Explaining School Finance: How Does Texas Fund Public Education?

Some education experts believe the state’s current formula for allocating education dollars needs updating.

By Ryan PoppeAugust 4, 2017 6:48 pm, , , ,

From Texas Public Radio:

Friday, lawmakers in the Texas House are debating several legislative efforts aimed at improving the state’s school finance system, but what exactly is “school finance?”

What changes are state lawmakers eyeing to make the system more equitable?

Kristen Symers teaches third grade at Lamar Consolidated School District, 30 minutes away from her home in Katy. While visiting the State Capitol with her family, Smyers admits she doesn’t completely understand how the state funds local school districts, but she’s willing to learn.

When asked about the term “WADA” as applied to school finance, Symers is unsure about its meaning.

“Weight average daily attendance” is the formula the state uses to determine how much it costs school districts to educate the average student, which is about $10,000 per student. But this explanation may be too simplistic.

David Hinojosa is the national director of policy for the Intercultural Development Research Association or IDRA, a non-profit whose mission is education equality. Hinojosa says the state also uses that formula to determine the cost to educate students who may come with challenges.

“Because student characteristics differ – so some students are low-income – it might require additional resources to reach those students and so what the state says is ‘we’re not just going to pay you per student or per student on average daily attendance, we want to pay you based on the characteristics of the student,'” Hinojosa says.

Hinojosa says the problem is the state’s current formula or “weights” for the determining a districts costs hasn’t been updated.

“Those ‘weights’ were established in 1984, so we’ve lived with those weights for all those years but standards have obviously gone up, not just for the individual students but also for school districts,” Hinojosa says.

So that is a basic explanation of how the state determines how to fund each individual school district based on student’s needs, but those state funds are only one piece of the overall funding pie.

Back at the Capitol, Symers is asked if she aware about the different funding sources that make up a districts overall budget beyond just state funding.

“I do know that we pay ‘school taxes’ and they allocate the funds as they see necessary,” Symers says.

San Antonio State Rep. Diego Bernal is the vice chair for the House Committee on Public Education and says currently the state assumes part of the cost to educate a student and the federal government chips in a small percentage, but the rest is made up from local property taxes and that amount is steadily rising.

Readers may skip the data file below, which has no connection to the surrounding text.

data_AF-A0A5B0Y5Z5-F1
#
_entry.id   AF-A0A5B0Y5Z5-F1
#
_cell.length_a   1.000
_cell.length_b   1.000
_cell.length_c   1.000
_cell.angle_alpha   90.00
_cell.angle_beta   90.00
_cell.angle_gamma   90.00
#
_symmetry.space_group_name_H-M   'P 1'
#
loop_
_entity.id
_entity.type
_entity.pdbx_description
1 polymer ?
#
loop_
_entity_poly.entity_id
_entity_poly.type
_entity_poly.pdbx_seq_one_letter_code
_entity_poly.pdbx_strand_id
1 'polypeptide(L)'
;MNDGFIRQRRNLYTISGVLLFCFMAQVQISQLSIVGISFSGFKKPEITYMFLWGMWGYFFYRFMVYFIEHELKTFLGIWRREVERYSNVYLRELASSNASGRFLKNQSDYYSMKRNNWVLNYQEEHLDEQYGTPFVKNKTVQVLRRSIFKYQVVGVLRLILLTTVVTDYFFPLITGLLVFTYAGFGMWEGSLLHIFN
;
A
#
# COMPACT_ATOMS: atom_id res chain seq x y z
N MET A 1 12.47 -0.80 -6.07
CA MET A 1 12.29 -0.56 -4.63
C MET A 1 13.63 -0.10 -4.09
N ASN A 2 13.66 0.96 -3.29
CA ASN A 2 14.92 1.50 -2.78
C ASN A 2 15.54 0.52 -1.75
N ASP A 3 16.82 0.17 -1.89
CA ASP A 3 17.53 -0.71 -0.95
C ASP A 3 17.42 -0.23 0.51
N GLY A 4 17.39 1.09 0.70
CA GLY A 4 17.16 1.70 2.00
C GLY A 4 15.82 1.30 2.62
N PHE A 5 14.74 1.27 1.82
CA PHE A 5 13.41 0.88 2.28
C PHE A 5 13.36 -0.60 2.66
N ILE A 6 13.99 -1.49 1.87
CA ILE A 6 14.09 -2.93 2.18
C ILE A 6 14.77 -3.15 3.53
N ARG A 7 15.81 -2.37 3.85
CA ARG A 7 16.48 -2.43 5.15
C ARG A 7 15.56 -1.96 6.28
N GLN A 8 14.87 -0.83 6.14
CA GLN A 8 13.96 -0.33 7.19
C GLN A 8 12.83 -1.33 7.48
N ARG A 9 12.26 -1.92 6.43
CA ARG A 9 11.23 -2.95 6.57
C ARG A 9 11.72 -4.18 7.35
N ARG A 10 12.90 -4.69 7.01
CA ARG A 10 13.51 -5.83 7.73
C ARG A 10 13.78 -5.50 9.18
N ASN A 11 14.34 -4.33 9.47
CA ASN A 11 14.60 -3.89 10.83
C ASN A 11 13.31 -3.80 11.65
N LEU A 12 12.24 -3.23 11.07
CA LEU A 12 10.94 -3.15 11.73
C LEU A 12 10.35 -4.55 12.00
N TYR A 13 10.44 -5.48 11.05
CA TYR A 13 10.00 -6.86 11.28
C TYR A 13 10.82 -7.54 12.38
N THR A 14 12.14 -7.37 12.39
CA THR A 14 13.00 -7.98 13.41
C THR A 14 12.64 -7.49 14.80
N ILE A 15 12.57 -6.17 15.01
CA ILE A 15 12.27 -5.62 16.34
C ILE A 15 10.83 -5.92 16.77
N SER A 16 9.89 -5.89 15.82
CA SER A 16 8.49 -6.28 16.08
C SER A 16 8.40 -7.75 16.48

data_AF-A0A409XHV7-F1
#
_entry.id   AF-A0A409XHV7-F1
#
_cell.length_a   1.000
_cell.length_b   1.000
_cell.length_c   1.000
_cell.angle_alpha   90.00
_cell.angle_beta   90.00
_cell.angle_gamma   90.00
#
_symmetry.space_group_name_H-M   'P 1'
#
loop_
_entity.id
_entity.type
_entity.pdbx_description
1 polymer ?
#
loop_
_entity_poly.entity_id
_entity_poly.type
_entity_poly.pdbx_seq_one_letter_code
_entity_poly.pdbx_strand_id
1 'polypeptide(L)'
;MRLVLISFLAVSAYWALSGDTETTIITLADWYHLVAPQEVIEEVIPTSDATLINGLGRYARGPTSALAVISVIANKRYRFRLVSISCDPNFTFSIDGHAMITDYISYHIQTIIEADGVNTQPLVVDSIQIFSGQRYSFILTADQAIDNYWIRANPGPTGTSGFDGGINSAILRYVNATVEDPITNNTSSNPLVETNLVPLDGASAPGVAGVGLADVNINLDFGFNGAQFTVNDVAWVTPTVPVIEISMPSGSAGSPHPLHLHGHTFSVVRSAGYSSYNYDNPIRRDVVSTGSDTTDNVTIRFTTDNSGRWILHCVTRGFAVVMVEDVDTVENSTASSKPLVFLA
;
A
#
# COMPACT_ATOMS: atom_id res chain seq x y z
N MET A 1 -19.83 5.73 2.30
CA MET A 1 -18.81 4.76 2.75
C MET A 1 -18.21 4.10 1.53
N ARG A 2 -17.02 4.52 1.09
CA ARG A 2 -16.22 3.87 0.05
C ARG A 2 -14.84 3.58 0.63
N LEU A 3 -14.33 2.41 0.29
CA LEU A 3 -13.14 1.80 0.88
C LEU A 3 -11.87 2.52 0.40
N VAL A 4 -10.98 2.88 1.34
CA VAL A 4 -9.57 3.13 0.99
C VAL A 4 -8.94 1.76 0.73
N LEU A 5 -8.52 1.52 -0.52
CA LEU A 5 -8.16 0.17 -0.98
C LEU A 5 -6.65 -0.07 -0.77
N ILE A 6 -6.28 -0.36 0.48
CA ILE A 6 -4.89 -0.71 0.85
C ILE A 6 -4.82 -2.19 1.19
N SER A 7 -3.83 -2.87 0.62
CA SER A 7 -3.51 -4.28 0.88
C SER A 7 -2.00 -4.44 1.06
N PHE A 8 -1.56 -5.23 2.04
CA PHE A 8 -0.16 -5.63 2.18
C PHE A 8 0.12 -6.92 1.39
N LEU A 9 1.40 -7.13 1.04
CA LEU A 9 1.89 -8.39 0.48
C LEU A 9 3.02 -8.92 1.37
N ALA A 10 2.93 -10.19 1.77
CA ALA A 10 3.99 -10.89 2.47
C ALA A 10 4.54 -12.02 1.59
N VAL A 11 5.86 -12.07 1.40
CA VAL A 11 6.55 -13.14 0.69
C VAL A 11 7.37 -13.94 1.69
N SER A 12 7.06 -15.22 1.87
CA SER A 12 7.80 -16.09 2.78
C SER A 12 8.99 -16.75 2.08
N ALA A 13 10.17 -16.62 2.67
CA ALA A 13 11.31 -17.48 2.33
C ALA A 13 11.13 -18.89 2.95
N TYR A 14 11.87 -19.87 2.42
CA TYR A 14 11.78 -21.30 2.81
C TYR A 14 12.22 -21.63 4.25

“In 2006, the share of state dollars in the school finance system was 50 percent, today, it’s about 36 percent. So, the state has divested public dollars into school finance and then what has happened is the local district has had to raise your local property taxes to make up the difference that the state’s not providing,” Bernal says.

One of the bills scheduled for a debate on the floor of the House is a proposal by the Richmond Republican John Zerwas, it would provide school districts with more state funding per student and could slightly reduce a district’s local property tax rates.

Just north of the Capitol in the Round Rock school district, teacher Stephanie Stoebe gets her classroom ready for the first day of school. Stoebe hopes that rather than just throwing money at the problem, lawmakers actually take a hard look at what needs to be fixed.

“It’s kind of an arbitrary number because it’s not actually based on the academic standards, it’s just divided up and say ‘we’re going to spend $2 billion on education and we’re divide that up by say 5.4 million students and there’s our magic number,'” Stoebe says.

State Rep. Bernal agrees with Stoebe to a point. Bernal says while dumping more state money into the system may not create a permanent fix, it does provide some breathing room for financially-struggling school districts that are considering closing their doors.

“Right, everyone always says you can’t throw money at the problem, well, show where we’ve tried that, show me where we’ve tried to fund education in an adequate way. But you couldn’t point to a moment where we’ve invested in public education and decided it didn’t work,” Bernal says.

House Speaker Joe Straus, a San Antonio Republican, has set aside an entire day for House lawmakers to discuss various aspects of the school finance debate.